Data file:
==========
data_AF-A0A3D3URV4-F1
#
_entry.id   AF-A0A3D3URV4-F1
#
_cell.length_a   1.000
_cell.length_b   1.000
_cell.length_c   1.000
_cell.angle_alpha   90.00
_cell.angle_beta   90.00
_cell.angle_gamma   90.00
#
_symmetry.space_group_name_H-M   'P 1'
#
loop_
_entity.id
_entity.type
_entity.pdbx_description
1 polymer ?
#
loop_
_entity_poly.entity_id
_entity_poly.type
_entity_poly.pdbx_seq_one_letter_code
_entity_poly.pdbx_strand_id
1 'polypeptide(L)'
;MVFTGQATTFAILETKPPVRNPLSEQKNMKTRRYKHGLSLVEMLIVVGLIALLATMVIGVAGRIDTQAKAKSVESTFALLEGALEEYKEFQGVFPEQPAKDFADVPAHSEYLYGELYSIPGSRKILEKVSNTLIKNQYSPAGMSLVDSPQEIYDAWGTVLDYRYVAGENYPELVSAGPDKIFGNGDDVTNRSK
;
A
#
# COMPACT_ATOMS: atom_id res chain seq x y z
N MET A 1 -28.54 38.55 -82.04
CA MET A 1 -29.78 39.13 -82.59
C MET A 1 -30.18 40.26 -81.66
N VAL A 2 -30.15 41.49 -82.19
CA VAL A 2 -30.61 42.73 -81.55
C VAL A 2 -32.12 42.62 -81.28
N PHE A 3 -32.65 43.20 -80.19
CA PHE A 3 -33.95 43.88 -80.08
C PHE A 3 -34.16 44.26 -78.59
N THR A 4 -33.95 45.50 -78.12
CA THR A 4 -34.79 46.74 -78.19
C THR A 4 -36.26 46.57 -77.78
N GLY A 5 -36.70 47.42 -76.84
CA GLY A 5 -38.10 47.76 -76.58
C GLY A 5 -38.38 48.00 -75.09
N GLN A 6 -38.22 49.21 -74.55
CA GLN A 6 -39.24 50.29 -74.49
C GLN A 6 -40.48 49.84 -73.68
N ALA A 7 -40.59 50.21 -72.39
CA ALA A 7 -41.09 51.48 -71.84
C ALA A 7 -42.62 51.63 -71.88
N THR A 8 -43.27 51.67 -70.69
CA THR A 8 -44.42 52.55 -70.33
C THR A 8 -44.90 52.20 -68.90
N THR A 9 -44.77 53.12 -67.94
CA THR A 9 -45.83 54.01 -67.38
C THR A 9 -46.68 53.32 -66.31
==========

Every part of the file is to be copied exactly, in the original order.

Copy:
data_AF-A0A3D3URV4-F1
#
_entry.id   AF-A0A3D3URV4-F1
#
_cell.length_a   1.000
_cell.length_b   1.000
_cell.length_c   1.000
_cell.angle_alpha   90.00
_cell.angle_beta   90.00
_cell.angle_gamma   90.00
#
_symmetry.space_group_name_H-M   'P 1'
#
loop_
_entity.id
_entity.type
_entity.pdbx_description
1 polymer ?
#
loop_
_entity_poly.entity_id
_entity_poly.type
_entity_poly.pdbx_seq_one_letter_code
_entity_poly.pdbx_strand_id
1 'polypeptide(L)'
;MVFTGQATTFAILETKPPVRNPLSEQKNMKTRRYKHGLSLVEMLIVVGLIALLATMVIGVAGRIDTQAKAKSVESTFALLEGALEEYKEFQGVFPEQPAKDFADVPAHSEYLYGELYSIPGSRKILEKVSNTLIKNQYSPAGMSLVDSPQEIYDAWGTVLDYRYVAGENYPELVSAGPDKIFGNGDDVTNRSK
;
A
#
# COMPACT_ATOMS: atom_id res chain seq x y z
N MET A 1 -28.54 38.55 -82.04
CA MET A 1 -29.78 39.13 -82.59
C MET A 1 -30.18 40.26 -81.66
N VAL A 2 -30.15 41.49 -82.19
CA VAL A 2 -30.61 42.73 -81.55
C VAL A 2 -32.12 42.62 -81.28
N PHE A 3 -32.65 43.20 -80.19
CA PHE A 3 -33.95 43.88 -80.08
C PHE A 3 -34.16 44.26 -78.59
N THR A 4 -33.95 45.50 -78.12
CA THR A 4 -34.79 46.74 -78.19
C THR A 4 -36.26 46.57 -77.78
N GLY A 5 -36.70 47.42 -76.84
CA GLY A 5 -38.10 47.76 -76.58
C GLY A 5 -38.38 48.00 -75.09
N GLN A 6 -38.22 49.21 -74.55
CA GLN A 6 -39.24 50.29 -74.49
C GLN A 6 -40.48 49.84 -73.68
N ALA A 7 -40.59 50.21 -72.39
CA ALA A 7 -41.09 51.48 -71.84
C ALA A 7 -42.62 51.63 -71.88
N THR A 8 -43.27 51.67 -70.69
CA THR A 8 -44.42 52.55 -70.33
C THR A 8 -44.90 52.20 -68.90
N THR A 9 -44.77 53.12 -67.94
CA THR A 9 -45.83 54.01 -67.38
C THR A 9 -46.68 53.32 -66.31